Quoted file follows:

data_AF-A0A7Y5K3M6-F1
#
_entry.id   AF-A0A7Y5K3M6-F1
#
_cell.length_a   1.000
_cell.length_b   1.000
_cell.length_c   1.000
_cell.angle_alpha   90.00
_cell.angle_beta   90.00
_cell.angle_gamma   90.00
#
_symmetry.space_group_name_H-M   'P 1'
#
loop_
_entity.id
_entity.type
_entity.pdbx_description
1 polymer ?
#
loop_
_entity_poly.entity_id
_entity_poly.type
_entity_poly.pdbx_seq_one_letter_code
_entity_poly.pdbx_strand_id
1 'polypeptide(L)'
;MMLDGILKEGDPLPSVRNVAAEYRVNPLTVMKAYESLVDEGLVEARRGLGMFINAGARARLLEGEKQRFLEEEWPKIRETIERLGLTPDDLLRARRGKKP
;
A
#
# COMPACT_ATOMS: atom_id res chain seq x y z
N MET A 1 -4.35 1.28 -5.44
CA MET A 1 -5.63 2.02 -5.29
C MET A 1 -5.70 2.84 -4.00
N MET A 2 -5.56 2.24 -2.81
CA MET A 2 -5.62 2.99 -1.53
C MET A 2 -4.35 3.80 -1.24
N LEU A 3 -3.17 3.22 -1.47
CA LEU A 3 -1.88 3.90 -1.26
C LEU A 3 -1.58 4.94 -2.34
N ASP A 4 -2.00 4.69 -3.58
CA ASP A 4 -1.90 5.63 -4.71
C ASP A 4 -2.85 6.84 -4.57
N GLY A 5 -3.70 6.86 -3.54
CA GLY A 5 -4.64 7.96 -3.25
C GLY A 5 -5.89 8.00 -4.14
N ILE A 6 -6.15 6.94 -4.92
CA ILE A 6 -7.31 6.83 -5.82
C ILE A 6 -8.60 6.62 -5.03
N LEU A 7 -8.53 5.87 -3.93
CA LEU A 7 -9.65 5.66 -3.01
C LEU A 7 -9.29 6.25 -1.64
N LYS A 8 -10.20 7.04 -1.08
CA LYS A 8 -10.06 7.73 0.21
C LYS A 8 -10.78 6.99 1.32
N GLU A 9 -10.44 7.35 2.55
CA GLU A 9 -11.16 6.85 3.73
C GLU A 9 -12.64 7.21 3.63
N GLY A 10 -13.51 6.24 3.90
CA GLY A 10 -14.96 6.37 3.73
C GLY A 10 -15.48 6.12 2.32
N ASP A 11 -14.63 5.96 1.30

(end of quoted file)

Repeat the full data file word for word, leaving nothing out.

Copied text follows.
data_AF-A0A7Y5K3M6-F1
#
_entry.id   AF-A0A7Y5K3M6-F1
#
_cell.length_a   1.000
_cell.length_b   1.000
_cell.length_c   1.000
_cell.angle_alpha   90.00
_cell.angle_beta   90.00
_cell.angle_gamma   90.00
#
_symmetry.space_group_name_H-M   'P 1'
#
loop_
_entity.id
_entity.type
_entity.pdbx_description
1 polymer ?
#
loop_
_entity_poly.entity_id
_entity_poly.type
_entity_poly.pdbx_seq_one_letter_code
_entity_poly.pdbx_strand_id
1 'polypeptide(L)'
;MMLDGILKEGDPLPSVRNVAAEYRVNPLTVMKAYESLVDEGLVEARRGLGMFINAGARARLLEGEKQRFLEEEWPKIRETIERLGLTPDDLLRARRGKKP
;
A
#
# COMPACT_ATOMS: atom_id res chain seq x y z
N MET A 1 -4.35 1.28 -5.44
CA MET A 1 -5.63 2.02 -5.29
C MET A 1 -5.70 2.84 -4.00
N MET A 2 -5.56 2.24 -2.81
CA MET A 2 -5.62 2.99 -1.53
C MET A 2 -4.35 3.80 -1.24
N LEU A 3 -3.17 3.22 -1.47
CA LEU A 3 -1.88 3.90 -1.26
C LEU A 3 -1.58 4.94 -2.34
N ASP A 4 -2.00 4.69 -3.58
CA ASP A 4 -1.90 5.63 -4.71
C ASP A 4 -2.85 6.84 -4.57
N GLY A 5 -3.70 6.86 -3.54
CA GLY A 5 -4.64 7.96 -3.25
C GLY A 5 -5.89 8.00 -4.14
N ILE A 6 -6.15 6.94 -4.92
CA ILE A 6 -7.31 6.83 -5.82
C ILE A 6 -8.60 6.62 -5.03
N LEU A 7 -8.53 5.87 -3.93
CA LEU A 7 -9.65 5.66 -3.01
C LEU A 7 -9.29 6.25 -1.64
N LYS A 8 -10.20 7.04 -1.08
CA LYS A 8 -10.06 7.73 0.21
C LYS A 8 -10.78 6.99 1.32
N GLU A 9 -10.44 7.35 2.55
CA GLU A 9 -11.16 6.85 3.73
C GLU A 9 -12.64 7.21 3.63
N GLY A 10 -13.51 6.24 3.90
CA GLY A 10 -14.96 6.37 3.73
C GLY A 10 -15.48 6.12 2.32
N ASP A 11 -14.63 5.96 1.30